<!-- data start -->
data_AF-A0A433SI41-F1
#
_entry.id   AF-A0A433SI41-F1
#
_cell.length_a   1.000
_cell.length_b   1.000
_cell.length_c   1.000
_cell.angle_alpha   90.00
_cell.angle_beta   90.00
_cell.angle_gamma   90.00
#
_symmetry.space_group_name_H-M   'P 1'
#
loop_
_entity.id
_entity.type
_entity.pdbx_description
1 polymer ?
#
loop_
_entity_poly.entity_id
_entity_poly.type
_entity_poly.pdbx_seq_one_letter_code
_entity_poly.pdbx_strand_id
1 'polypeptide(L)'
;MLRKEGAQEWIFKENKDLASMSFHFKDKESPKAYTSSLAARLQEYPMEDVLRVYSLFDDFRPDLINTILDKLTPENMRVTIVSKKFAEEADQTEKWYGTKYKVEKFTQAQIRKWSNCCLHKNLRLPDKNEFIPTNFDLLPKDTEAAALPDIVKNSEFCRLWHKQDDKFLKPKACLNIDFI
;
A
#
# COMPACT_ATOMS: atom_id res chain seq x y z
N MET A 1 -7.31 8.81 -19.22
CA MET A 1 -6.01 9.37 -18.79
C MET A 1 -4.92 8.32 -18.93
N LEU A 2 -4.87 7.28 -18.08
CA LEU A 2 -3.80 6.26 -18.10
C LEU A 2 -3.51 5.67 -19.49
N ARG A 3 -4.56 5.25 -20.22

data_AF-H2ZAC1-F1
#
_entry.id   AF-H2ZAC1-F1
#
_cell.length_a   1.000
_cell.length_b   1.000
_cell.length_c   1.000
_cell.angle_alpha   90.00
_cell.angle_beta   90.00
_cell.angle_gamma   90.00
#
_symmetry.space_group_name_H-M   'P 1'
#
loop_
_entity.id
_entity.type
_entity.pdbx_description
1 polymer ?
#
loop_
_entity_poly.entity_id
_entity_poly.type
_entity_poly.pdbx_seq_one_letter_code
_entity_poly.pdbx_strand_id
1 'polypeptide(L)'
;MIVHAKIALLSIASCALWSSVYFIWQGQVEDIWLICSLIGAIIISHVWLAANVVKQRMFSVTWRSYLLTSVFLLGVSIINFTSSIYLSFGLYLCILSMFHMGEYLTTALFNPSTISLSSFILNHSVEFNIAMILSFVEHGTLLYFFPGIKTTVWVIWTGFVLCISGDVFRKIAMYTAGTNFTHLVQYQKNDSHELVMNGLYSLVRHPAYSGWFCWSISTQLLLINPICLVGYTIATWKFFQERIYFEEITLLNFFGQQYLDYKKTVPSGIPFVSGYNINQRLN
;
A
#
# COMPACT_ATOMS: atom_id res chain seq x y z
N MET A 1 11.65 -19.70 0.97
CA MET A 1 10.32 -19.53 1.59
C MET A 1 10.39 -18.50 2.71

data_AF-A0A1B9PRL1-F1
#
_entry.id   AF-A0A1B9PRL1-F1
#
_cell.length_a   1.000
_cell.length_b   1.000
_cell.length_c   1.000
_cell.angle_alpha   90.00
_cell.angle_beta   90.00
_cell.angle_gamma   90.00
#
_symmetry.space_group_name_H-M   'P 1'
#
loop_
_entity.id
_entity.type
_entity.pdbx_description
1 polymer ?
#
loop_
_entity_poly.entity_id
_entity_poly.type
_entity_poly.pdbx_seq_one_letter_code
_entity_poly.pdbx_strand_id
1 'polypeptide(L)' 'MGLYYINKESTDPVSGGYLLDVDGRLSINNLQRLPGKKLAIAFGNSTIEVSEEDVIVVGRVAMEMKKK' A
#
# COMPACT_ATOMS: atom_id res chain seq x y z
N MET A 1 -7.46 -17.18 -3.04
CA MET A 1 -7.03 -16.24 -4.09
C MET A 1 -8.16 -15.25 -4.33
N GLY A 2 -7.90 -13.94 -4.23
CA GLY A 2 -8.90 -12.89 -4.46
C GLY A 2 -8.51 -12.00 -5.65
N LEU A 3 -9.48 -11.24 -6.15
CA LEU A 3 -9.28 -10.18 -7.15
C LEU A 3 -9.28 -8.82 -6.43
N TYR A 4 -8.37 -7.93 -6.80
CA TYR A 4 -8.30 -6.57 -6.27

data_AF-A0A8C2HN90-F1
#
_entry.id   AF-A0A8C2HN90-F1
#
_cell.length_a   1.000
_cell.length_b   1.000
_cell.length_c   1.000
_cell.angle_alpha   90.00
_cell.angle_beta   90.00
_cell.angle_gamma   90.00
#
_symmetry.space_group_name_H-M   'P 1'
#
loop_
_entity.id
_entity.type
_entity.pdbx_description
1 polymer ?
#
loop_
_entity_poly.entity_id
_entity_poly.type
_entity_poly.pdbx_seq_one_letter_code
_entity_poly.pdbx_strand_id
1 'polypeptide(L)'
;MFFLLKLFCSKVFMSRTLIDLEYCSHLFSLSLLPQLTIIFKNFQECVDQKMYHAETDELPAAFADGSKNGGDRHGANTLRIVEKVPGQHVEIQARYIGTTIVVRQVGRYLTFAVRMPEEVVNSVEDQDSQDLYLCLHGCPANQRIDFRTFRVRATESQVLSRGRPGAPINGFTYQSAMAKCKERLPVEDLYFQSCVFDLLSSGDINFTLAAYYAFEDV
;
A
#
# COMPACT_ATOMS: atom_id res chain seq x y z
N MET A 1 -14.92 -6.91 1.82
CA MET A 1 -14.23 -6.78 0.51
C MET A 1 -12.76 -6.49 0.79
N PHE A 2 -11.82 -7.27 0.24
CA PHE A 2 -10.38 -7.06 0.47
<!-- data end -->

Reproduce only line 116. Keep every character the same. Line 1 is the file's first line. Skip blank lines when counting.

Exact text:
_cell.angle_alpha   90.00